Apr 5, 2017

Jenna Lyons leaving isn’t J. Crew’s only problem

The two names in fashion news today are J.Crew and Jenna Lyons. After 26 years at the company, most recently as president and creative director, Lyons announced she’s leaving.

Kai Ryssdal spoke with Wall Street Journal contributor Elizabeth Holmes to get a little context. Below is an edited transcript of their conversation.

Kai Ryssdal: So what happened with J.Crew? They used to be all that?

Elizabeth Holmes: They sure did. They have a very loyal fan base. And the problem is, that fan base has stopped shopping with them. It’s a unique, sort of, brand in the mall landscape in that a lot of people really care about J.Crew. They have really strong feelings, they really want to shop there. They’re going to the stores, and they’re just not finding anything for them. And it’s a combination of a couple different things. The style, for sure, has been off for a lot of shoppers. But also quality and price and sizing. So, they’ve been struggling for a couple of years now, and the departure of Jenna Lyons just shows that their struggles are going to continue.

Ryssdal: I have to tell you, within minutes of this news breaking, I got two emails from folks here at Marketplace. One said, “Well they ruined the cardigan sweater,” — J.Crew did. And then one said “Ah, they ruined ballet flats too.”

Holmes: See? Those are their two staples. Throw in a pencil skirt and you have a whole outfit.

Ryssdal: Michelle Obama, for crying out loud, was wearing J.Crew six years ago or whatever it was.

Holmes: I would say that was their high point. Jenna really resonated with a lot of shoppers. She had this very feminine, sort of, embellished quality about her. She was known for wearing sequins and fur and things like that. And people, especially women, were really attracted to that. And then as she sort of evolved and became very popular within the high fashion set, her fashion got a little more out of reach, let’s say. She went a sort of geek chic route and was known for wearing those thick-framed glasses and a really bold lip. And a lot of people, while they admired that style on her, shoppers didn’t necessarily think they could wear it themselves.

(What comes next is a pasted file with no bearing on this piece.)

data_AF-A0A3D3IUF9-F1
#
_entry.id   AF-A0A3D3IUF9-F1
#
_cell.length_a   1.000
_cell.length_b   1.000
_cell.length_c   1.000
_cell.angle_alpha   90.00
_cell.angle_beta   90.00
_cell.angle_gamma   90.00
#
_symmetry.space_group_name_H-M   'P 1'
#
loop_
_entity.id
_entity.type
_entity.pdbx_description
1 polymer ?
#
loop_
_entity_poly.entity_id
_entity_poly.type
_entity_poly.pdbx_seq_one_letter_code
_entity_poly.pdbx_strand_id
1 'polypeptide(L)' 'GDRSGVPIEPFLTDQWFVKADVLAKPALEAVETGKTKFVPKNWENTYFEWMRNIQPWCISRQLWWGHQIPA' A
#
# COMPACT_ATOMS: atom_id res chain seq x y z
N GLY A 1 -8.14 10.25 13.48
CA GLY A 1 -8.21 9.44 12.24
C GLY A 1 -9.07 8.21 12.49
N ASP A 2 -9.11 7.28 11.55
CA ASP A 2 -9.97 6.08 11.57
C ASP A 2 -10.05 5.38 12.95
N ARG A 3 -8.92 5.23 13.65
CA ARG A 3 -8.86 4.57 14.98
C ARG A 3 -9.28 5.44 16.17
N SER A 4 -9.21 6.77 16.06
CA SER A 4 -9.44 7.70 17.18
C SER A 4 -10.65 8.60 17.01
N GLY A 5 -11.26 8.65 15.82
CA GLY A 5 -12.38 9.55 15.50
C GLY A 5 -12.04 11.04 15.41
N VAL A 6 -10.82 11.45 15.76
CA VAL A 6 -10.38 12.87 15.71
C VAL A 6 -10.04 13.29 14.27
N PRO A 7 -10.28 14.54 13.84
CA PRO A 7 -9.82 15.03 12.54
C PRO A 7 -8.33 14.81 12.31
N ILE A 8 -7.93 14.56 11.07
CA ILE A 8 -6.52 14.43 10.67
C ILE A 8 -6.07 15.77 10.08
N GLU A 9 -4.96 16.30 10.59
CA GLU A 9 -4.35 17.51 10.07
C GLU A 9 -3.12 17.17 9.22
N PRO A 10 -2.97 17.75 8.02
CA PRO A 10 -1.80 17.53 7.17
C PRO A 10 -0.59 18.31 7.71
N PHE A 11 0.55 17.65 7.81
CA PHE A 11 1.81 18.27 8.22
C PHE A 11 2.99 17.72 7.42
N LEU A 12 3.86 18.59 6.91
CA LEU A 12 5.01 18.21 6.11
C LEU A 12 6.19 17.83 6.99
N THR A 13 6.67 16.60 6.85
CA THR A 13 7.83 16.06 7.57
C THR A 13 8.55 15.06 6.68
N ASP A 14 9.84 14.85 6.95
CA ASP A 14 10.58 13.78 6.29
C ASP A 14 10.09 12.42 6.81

Ryssdal: I read a piece this morning — Quartz I think it was — that pointed out that Jenna Lyons was more about attitude than straight-up fashion. Does that make sense?

Holmes: She really could mix a high-low look in a way that a lot of people hadn’t several years ago. You know, she wore a denim shirt to the Met Costume Gala. And everybody sort of went nuts for that. And it’s great to see that on someone else. [But] it can be a little intimidating when you want to put it together for yourself. And when you’re a retailer, you have to sell people on that look. And you have to help people think that they can pull it off, too. And I don’t think a lot of shoppers thought they could.

Ryssdal: Jenna Lyons has left after 26-something years, but Mickey Drexler, the CEO is still there. What does the future hold then for J.Crew do you think?

Holmes: You know, they’re lucky in that they have shoppers that really care, they have shoppers that are really rooting for them. And so I think there’s still a lot of potential for the brand. Where they go from here will be very interesting to see. It’s notable that they’re not replacing her in her exact title, they’re bringing up someone from the Madewell ranks who has run their women's fashion for a while now. They’re not looking for a face of the brand, which I think is pretty smart, because when there’s somebody who’s so synonymous with a brand like Jenna was with J.Crew, it’s hard to think of one without the other. And so when one goes in one direction, the other goes in that direction. And so I think it’s wise of J.Crew to say, "Hey, listen, we’re gonna go like a lot of our competitors and just be a brand,” and not necessarily have a face attached to that and see how that works.

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